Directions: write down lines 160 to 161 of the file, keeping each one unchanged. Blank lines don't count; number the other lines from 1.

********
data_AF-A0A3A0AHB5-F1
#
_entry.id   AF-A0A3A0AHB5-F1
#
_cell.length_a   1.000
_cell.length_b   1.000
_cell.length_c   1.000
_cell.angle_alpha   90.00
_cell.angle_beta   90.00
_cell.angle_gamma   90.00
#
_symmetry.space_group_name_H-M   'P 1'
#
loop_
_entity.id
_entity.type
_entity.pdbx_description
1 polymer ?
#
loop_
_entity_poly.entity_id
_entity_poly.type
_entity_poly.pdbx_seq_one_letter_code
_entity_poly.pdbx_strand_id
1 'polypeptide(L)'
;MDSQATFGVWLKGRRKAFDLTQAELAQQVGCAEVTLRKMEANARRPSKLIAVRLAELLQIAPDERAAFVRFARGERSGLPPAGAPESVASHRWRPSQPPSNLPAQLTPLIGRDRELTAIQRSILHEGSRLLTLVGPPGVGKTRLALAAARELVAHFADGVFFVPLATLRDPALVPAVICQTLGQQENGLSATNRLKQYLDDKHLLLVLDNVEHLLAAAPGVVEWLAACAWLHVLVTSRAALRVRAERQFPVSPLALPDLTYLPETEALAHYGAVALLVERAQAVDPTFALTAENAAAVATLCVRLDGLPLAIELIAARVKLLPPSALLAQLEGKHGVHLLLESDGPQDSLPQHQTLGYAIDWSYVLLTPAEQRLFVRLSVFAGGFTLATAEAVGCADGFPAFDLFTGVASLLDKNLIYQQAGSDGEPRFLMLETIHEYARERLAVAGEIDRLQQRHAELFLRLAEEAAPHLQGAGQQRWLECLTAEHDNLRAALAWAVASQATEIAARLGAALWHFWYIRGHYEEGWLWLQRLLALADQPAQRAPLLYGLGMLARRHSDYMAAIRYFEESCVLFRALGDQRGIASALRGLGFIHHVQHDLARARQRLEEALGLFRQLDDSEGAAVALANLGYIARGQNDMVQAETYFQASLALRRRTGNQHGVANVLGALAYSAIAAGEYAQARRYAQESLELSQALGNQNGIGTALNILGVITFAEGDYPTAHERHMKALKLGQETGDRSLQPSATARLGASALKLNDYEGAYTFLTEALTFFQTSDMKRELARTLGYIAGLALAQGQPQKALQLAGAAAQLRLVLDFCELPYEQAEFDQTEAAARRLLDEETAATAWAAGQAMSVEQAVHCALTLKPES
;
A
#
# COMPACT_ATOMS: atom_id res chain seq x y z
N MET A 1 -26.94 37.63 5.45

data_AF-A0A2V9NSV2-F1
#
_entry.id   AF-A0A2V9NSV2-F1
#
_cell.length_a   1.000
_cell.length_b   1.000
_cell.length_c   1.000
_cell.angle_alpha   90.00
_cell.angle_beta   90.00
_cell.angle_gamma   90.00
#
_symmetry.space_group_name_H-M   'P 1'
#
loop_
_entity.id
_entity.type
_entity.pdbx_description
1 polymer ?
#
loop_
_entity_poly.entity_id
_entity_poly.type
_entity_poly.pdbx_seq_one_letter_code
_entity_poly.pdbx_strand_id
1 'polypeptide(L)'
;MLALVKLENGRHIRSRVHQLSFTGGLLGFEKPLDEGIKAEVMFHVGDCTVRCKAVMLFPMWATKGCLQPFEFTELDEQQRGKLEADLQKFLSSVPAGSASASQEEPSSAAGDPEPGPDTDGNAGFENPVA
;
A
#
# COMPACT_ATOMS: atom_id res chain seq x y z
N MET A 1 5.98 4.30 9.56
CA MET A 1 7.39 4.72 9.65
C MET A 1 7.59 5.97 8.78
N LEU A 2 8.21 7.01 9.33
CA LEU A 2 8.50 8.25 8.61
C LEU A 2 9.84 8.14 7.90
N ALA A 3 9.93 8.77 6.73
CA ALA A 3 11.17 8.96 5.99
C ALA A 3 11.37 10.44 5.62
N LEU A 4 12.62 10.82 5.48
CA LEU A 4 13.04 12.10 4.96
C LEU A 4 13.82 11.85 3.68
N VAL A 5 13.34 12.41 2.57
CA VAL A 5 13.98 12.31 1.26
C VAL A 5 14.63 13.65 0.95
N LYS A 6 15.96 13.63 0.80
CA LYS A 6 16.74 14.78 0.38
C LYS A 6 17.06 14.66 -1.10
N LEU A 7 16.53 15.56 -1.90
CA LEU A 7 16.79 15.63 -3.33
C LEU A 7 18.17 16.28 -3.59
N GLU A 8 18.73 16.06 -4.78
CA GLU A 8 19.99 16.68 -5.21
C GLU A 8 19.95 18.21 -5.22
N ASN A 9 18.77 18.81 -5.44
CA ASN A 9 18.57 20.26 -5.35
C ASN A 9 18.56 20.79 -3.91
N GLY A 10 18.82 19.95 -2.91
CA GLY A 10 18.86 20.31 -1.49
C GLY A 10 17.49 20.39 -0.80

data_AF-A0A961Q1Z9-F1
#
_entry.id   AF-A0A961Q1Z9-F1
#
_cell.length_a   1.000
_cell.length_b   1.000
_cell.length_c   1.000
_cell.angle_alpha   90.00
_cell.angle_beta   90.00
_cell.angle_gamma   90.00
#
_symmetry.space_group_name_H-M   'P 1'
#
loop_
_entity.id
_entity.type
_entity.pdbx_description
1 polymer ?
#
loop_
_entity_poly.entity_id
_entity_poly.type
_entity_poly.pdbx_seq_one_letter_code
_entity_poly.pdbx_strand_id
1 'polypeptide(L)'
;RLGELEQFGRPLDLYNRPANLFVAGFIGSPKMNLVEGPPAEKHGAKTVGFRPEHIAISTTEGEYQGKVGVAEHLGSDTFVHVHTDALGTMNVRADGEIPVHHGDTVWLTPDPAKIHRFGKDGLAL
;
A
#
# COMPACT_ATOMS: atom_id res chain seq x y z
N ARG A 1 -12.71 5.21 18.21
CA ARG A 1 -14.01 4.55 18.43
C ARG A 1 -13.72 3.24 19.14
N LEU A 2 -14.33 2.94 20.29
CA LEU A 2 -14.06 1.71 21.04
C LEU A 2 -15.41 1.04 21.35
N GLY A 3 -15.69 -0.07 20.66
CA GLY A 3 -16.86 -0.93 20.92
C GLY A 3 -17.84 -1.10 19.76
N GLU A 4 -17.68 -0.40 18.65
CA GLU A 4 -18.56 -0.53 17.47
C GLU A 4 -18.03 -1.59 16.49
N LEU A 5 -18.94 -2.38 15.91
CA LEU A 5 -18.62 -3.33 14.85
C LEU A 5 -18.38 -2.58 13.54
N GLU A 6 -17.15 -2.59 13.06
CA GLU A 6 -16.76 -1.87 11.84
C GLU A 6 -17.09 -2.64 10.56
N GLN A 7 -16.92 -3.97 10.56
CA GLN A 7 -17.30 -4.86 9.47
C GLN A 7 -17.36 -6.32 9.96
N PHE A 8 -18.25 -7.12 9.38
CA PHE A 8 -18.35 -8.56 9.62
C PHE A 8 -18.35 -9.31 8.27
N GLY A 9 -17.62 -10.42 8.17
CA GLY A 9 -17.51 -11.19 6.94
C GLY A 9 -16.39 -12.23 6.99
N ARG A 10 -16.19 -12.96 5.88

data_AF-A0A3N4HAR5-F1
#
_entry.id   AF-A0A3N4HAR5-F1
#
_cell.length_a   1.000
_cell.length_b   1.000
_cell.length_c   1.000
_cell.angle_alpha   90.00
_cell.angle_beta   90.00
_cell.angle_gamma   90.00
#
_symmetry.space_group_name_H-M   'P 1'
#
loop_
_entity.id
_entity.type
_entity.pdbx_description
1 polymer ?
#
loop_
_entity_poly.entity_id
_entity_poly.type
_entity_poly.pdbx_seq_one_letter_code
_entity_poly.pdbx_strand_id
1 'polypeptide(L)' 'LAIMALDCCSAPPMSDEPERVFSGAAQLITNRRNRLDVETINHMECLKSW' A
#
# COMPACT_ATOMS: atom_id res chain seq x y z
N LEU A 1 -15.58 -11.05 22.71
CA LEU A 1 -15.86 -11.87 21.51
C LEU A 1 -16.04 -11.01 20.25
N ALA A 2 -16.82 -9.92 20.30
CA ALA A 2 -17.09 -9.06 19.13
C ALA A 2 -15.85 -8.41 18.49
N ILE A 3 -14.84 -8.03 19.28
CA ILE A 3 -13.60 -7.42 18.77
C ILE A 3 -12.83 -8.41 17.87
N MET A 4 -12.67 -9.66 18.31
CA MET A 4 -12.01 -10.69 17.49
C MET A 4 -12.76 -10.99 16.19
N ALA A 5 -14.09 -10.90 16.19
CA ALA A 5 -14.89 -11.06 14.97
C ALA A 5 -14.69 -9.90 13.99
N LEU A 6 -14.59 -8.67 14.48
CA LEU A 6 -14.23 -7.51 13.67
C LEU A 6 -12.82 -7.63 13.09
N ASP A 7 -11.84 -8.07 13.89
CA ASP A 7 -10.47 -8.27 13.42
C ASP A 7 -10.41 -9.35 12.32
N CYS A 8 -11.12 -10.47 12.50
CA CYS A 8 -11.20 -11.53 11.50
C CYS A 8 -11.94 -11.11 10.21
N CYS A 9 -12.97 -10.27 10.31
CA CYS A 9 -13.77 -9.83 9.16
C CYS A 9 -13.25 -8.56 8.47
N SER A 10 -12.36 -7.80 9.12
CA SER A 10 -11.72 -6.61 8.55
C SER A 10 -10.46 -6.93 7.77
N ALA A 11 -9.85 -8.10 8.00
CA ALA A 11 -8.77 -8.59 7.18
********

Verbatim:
#
_symmetry.space_group_name_H-M   'P 1'